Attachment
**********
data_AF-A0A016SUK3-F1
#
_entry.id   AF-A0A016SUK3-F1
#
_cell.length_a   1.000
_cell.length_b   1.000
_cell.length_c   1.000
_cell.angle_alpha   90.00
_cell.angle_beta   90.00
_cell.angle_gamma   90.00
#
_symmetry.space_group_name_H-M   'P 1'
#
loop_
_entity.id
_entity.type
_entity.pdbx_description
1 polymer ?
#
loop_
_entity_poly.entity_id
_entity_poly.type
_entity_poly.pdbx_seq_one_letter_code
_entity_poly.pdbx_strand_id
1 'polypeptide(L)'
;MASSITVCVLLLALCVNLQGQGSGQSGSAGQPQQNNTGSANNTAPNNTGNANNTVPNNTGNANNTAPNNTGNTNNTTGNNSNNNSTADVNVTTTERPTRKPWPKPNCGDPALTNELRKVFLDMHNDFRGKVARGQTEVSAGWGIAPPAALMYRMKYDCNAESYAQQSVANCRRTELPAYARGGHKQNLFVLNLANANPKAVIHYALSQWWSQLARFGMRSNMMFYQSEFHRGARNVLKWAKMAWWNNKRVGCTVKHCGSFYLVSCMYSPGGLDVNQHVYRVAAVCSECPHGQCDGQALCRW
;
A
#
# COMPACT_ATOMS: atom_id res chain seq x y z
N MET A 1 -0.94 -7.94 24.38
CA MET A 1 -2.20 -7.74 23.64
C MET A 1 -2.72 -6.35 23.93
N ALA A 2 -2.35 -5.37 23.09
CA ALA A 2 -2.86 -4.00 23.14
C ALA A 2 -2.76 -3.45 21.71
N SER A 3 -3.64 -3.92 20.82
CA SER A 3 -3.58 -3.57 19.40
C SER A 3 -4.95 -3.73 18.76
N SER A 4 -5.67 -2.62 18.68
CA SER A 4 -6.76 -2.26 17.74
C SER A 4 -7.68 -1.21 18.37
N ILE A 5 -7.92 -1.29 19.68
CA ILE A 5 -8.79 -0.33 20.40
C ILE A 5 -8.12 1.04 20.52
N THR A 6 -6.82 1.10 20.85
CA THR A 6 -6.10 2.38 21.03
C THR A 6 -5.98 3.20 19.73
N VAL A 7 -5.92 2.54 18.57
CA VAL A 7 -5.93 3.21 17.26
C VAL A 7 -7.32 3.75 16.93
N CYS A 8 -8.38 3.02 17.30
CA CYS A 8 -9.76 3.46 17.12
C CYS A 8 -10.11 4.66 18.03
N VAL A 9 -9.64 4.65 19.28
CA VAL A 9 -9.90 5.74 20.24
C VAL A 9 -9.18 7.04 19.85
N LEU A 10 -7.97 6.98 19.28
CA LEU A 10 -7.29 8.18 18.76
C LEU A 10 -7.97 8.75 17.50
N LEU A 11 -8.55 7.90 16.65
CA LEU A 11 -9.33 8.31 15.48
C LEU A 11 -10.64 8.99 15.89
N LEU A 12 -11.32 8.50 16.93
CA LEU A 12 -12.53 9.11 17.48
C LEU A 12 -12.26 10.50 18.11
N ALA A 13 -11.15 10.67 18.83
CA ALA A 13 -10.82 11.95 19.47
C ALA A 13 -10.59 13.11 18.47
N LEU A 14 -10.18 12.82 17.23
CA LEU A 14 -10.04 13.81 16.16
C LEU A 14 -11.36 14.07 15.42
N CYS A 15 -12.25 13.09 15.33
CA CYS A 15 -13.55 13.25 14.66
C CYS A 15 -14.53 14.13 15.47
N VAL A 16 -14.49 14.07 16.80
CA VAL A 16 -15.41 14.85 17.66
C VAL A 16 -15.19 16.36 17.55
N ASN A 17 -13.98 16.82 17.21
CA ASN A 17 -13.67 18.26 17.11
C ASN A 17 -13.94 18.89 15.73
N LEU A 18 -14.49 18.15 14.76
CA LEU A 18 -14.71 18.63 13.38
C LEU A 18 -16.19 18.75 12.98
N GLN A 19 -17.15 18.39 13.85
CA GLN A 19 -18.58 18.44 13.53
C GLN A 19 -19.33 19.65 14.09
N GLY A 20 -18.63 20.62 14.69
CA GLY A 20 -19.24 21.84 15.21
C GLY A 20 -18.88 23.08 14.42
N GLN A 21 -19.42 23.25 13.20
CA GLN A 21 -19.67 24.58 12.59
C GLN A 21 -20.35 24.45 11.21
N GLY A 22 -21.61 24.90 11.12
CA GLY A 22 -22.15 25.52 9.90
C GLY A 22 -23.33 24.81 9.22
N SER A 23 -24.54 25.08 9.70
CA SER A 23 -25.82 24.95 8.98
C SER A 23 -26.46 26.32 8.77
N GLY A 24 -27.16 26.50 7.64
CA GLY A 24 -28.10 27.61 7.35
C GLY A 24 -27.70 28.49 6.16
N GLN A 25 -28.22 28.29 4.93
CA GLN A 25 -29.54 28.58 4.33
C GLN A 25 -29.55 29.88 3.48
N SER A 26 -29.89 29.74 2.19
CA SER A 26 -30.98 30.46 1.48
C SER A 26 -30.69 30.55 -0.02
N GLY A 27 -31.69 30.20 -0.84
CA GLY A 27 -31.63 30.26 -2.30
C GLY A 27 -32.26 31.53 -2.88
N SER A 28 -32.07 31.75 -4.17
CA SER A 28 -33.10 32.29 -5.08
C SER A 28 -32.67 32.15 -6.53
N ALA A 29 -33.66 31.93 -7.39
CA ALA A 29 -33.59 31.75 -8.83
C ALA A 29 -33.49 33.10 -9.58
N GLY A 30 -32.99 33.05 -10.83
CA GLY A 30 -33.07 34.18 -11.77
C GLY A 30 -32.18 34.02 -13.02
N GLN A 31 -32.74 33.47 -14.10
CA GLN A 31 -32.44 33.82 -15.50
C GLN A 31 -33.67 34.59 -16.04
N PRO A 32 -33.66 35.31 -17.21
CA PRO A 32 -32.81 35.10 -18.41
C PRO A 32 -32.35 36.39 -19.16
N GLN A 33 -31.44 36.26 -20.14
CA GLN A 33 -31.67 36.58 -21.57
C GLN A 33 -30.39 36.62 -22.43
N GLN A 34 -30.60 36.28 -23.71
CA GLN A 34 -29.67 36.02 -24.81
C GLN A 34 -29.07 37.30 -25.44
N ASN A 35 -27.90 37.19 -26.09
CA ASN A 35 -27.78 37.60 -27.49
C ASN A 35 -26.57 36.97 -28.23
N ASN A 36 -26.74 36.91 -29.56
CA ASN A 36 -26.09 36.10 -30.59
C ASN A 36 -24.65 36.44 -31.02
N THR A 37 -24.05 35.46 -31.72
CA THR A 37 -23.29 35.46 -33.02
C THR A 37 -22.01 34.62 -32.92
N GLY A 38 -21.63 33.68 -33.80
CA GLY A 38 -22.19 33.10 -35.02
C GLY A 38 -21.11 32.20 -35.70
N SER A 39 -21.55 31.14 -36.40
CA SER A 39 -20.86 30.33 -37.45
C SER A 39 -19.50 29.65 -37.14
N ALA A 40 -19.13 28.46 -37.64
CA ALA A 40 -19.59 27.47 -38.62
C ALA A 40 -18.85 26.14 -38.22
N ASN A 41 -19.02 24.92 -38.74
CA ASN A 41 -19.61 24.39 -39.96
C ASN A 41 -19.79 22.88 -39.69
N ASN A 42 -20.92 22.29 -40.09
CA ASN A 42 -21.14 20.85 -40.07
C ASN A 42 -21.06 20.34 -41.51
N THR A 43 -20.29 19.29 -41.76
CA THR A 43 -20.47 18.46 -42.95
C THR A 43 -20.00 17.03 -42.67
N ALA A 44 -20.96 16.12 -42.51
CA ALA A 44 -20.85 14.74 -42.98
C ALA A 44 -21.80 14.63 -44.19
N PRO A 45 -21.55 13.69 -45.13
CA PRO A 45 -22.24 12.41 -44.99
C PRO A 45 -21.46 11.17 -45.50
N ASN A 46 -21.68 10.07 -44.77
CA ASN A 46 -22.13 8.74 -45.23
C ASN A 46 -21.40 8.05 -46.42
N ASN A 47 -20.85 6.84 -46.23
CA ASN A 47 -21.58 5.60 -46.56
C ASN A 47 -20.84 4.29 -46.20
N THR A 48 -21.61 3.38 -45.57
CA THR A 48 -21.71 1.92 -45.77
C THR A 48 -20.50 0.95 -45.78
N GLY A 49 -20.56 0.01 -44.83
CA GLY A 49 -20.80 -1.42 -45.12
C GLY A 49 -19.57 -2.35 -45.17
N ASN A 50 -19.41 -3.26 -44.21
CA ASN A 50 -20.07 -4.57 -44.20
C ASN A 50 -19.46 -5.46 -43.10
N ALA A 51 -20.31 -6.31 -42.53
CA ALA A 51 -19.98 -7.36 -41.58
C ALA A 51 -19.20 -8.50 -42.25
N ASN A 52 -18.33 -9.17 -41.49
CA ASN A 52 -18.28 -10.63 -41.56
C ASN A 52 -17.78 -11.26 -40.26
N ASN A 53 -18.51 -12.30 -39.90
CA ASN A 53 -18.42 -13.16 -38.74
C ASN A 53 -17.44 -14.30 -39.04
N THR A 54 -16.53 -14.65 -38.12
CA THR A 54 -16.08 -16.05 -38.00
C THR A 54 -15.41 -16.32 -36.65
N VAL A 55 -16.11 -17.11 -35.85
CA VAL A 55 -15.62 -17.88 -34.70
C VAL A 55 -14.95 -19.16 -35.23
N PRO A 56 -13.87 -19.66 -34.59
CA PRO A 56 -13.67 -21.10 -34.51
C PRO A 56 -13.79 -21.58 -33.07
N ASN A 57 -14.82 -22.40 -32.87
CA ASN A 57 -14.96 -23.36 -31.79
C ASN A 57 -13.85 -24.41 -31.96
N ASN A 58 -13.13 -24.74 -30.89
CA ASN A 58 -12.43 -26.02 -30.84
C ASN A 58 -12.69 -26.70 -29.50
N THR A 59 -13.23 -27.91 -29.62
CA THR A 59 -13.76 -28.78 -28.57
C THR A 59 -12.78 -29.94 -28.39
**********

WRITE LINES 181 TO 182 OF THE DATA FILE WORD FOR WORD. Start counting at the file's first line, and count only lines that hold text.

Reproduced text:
N ALA A 51 -20.31 -6.31 -42.53
CA ALA A 51 -19.98 -7.36 -41.58